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Was just wondering if anybody can look at the following code and explain to me why the length variable returns 0:

textToBeEncrypted = Encoding.ASCII.GetString(buffer);
txtEncryptedText = AESEncryption(textToBeEncrypted, key, true);
byte[] encText = Encoding.ASCII.GetBytes(txtEncryptedText);

NetworkStream stream = s.GetStream();
stream.Write(encText, 0, PACKET_SIZE);

s.ReceiveTimeout = Timeout;

int length = stream.Read(buffer, 0, PACKET_SIZE);
if (length == PACKET_SIZE)
{
    string decText = Encoding.ASCII.GetString(encText);
    txtDecryptedText = AESDecryption(decText, key, true);
    buffer = Encoding.ASCII.GetBytes(txtDecryptedText);
    retval = Decode();
}            

After I've encoded everything using AES, I'm writing out 1366 bytes of data in encText (PACKET_SIZE is 1036). I get no complaints regarding the Send; the data is sent out happily. When it tries to read it back in, however, length is always 0, meaning I don't get to enter the decode statement bracket. Any ideas? (retval is a string, before anyone asks)

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1 Answer 1

up vote 2 down vote accepted

If the length is zero from this:

int length = stream.Read(buffer, 0, PACKET_SIZE);

it means the other machine has closed their outbound socket (your inbound socket), and no more data is ever going to be available.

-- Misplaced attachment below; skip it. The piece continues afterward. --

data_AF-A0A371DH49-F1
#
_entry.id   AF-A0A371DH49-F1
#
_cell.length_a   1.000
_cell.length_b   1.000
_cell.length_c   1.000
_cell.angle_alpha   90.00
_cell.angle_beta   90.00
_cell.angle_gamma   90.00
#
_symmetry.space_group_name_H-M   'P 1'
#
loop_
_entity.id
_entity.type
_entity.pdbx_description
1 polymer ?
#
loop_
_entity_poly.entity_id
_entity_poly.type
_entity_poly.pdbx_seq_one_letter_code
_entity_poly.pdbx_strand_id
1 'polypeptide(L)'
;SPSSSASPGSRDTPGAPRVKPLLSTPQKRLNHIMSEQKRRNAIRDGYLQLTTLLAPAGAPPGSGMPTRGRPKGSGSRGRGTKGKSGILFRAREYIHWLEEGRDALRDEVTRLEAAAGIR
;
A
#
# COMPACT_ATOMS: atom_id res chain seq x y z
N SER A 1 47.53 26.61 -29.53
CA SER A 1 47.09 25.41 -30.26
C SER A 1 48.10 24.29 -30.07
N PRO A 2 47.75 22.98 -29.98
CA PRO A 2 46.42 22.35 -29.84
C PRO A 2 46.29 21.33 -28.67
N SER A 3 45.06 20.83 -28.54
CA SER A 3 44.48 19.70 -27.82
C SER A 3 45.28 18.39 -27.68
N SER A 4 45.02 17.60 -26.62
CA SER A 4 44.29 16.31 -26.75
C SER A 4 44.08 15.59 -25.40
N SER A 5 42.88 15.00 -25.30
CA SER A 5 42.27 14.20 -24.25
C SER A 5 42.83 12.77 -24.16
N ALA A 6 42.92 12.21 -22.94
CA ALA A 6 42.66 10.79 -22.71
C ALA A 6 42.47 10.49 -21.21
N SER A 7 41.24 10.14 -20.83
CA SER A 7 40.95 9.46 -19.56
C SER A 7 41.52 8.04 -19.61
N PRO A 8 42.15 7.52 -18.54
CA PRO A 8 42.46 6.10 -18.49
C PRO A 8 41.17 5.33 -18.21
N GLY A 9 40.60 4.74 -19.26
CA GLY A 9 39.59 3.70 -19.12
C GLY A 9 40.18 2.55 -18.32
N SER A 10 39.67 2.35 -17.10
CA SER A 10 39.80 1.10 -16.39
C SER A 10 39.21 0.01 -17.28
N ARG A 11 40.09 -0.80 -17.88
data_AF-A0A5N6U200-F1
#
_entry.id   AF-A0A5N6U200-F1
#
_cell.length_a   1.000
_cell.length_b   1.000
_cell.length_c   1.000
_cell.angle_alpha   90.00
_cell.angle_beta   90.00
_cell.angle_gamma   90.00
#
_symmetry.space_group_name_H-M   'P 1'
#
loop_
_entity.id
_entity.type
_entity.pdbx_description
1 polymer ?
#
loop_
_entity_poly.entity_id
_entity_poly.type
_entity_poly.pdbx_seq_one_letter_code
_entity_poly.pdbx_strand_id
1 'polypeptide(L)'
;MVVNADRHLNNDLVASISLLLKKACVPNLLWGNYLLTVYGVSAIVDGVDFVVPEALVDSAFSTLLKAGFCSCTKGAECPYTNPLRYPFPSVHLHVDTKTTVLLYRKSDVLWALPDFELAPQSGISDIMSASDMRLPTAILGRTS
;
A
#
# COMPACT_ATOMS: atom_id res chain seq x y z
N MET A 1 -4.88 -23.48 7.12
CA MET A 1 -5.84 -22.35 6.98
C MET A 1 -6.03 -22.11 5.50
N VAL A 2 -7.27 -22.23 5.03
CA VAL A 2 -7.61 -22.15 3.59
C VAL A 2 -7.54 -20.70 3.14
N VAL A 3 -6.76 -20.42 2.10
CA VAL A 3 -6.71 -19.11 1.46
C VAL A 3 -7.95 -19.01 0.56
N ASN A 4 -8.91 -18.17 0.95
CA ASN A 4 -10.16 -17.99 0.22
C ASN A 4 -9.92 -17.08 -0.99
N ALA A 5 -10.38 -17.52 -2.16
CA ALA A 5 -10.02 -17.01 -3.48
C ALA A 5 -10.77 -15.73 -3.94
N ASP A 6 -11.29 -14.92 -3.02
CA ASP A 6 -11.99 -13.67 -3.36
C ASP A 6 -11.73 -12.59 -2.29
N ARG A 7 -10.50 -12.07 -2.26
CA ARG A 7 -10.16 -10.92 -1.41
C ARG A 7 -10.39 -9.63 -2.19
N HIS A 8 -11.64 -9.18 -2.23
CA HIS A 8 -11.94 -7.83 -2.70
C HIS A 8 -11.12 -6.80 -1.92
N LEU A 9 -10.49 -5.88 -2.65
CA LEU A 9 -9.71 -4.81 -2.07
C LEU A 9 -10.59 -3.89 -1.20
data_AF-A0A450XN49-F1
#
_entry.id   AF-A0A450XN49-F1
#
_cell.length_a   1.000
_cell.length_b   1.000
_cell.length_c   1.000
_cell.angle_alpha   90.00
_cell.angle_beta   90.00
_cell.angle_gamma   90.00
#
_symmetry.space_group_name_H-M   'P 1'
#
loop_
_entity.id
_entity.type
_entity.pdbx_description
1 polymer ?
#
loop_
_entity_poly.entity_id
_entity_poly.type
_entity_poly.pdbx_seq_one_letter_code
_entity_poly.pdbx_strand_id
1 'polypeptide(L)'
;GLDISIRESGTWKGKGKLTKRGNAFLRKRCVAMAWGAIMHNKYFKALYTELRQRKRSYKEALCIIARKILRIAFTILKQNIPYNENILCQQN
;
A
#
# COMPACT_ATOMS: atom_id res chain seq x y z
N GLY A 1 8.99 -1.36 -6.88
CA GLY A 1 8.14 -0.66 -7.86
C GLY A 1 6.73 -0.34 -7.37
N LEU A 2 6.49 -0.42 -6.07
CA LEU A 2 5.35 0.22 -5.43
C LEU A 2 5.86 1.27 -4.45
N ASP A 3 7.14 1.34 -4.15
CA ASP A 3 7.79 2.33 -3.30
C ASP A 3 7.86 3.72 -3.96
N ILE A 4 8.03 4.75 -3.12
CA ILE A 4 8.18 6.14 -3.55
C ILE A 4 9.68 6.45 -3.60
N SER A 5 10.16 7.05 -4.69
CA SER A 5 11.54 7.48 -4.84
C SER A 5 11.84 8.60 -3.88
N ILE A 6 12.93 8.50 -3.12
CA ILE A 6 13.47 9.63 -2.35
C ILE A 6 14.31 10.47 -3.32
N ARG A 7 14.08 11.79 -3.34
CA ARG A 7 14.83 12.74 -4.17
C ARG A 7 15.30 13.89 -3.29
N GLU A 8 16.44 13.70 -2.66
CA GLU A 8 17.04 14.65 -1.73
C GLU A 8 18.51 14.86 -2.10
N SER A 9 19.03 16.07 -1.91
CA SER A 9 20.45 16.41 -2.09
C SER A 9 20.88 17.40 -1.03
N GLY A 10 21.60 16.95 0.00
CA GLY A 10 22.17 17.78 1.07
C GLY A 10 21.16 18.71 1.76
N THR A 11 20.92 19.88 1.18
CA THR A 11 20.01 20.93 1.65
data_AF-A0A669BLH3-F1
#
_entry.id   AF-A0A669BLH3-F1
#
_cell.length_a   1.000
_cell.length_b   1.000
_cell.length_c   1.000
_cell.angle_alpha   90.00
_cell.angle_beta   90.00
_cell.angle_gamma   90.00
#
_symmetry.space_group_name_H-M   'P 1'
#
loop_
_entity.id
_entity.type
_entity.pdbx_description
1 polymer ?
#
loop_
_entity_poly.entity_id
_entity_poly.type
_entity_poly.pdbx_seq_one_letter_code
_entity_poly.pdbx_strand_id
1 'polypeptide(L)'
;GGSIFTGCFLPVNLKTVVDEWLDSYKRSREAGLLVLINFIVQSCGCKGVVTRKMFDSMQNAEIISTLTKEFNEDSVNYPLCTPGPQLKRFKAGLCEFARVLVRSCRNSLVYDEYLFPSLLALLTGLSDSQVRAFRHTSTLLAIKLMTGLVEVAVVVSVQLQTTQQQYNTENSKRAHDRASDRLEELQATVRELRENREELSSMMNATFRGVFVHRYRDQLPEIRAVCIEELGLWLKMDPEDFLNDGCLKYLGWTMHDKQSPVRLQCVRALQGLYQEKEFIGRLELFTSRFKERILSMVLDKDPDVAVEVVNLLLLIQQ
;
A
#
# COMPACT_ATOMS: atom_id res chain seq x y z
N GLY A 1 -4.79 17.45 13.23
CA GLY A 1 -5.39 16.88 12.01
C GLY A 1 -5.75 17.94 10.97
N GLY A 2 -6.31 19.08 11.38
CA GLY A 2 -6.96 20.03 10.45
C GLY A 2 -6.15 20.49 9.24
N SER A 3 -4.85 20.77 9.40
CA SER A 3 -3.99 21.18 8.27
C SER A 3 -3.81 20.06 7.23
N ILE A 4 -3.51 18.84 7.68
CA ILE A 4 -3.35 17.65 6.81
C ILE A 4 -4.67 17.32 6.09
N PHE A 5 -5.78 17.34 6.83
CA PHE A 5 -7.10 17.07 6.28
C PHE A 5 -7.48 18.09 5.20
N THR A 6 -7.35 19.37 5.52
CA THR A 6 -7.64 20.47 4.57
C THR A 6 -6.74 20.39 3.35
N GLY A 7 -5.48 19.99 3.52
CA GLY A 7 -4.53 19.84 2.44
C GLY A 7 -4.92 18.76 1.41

You should also be very careful about this:

if (length == PACKET_SIZE)
{...}

There is absolutely no guarantee about what you read. What you should do here is buffer the data until you have an entire message (frame), and then process what you buffered. In particular, if the other end sends less than PACKET_SIZE bytes, your code is guaranteed to do nothing. Even if the other end sent exactly PACKET_SIZE bytes, it would be pretty unlikely to arrive in exactly a single chunk of PACKET_SIZE bytes.

For example:

int length;
MemoryStream ms = new MemoryStream();
while((length = stream.Read(buffer, 0, buffer.Length)) > 0) {
    ms.Write(buffer, 0, length); // append what we just recieved

    // now: could check `ms` to see if we have a "frame" here...
}
//...or you could just process the entire recieved data here
share|improve this answer
    
Cheers, Marc. What's the easiest way of knowing how big the incoming data is, other than using length > 0? –  Skulmuk Jul 31 '12 at 7:52
2  
@Skulmuk in advance? You absolutely cannot know that just from a stream, which is why many protocols take the pragmatic approach of prepending each message with the size of the next message, often as a network-byte-order int-32; you read the 4 byte header first, which tells you how much to buffer for the actual message; process the message; rinse; repeat. Another approach, common in text protocols, is to use CR/LF/CRLF as a framing token. –  Marc Gravell Jul 31 '12 at 7:54
    
Thanks, @Marc. I'm still getting 0 bytes back, but I have a feeling that something's going on on the network at the moment. Thanks for the help ;) –  Skulmuk Jul 31 '12 at 7:59
1  
@Skulmuk firewall is the first thing to check –  Marc Gravell Jul 31 '12 at 8:01
    
meant to ask, does the fact that the buffer I'm writing out is bigger than the PACKET_SIZE variable make any difference (that's what stopped my Send method from crashing is all)? Cheers. –  Skulmuk Jul 31 '12 at 8:09

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